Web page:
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, 109 (12), 2232-40

Rate and Pattern of Visual Field Decline in Primary Open-Angle Glaucoma

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Rate and Pattern of Visual Field Decline in Primary Open-Angle Glaucoma

Mary Lucy M Pereira et al. Ophthalmology.

Abstract

Purpose: To study the rate and pattern of visual field decline in primary open-angle glaucoma.

Design: Retrospective observational case series.

Participants: Forty eyes of 40 patients with primary open-angle glaucoma that were followed longitudinally with serial Goldmann visual fields for a minimum period of 8 years in an academic institution. Eyes with any other ocular disease except for mild cataract were excluded.

Methods: Visual fields obtained with worse than 20/50 Snellen visual acuity from cataract were excluded from analysis. In the remainder (671 Goldmann visual fields), the I4e isopter was quantified manually using a grid template previously described by Esterman. The visual field was divided into central and peripheral, superior and inferior, and nasal and temporal regions, all centered at the blind spot. The rate of visual field decline was estimated for each visual field region (including the four quadrants: superonasal [SN], superotemporal [ST], inferotemporal [IT], and inferonasal [IN]) using linear regression. Asymmetry of visual field progression was determined by comparing the rates of progression among the four quadrants. Pertinent clinical factors were evaluated for association with the asymmetry of visual field progression.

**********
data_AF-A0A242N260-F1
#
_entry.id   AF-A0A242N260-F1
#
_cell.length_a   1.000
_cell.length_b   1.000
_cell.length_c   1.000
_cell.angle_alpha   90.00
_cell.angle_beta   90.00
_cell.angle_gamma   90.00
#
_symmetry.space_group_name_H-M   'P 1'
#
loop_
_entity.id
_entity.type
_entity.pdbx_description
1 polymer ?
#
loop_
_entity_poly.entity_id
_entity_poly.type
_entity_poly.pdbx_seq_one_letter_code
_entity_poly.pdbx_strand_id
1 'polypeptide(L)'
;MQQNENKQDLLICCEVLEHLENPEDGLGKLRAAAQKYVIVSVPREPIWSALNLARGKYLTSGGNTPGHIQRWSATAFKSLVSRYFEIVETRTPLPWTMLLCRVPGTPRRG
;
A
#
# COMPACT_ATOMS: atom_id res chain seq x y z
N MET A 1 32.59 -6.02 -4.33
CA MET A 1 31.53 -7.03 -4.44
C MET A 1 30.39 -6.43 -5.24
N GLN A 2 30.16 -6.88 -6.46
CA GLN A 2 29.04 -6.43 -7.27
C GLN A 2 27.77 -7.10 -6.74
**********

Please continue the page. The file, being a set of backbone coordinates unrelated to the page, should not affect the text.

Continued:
Main outcome measures: Rates of visual field decline for the entire visual field and each region. Long-term clinical outcome measures, including visual acuity, cataract and cup-to-disc ratio progression, intraocular pressures, and medical and surgical interventions were also studied.

Results: The rate of visual field change was -1.3% per year for the entire visual field. The rates of visual field section change (in % per year) were -1.3 (central), -1.4 (peripheral), -1.5 (superior), -1.2 (inferior), -1.4 (nasal), -1.2 (temporal), -1.8 (SN), -1.3 (IT), -1.2 (IN), and -1.1 (ST). About half the patients showed symmetric visual field decline, whereas others showed a more asymmetric pattern. Asymmetric visual field progression was associated with the presence of disc hemorrhage, overall rate of visual field progression, and surgical intervention for glaucoma.

Conclusions: In this group of selected patients with primary open-angle glaucoma with a long-term follow-up, all sections of the visual field declined over time. Disc hemorrhage was associated with more asymmetric visual field progression, implicating focal damage to the optic disc.

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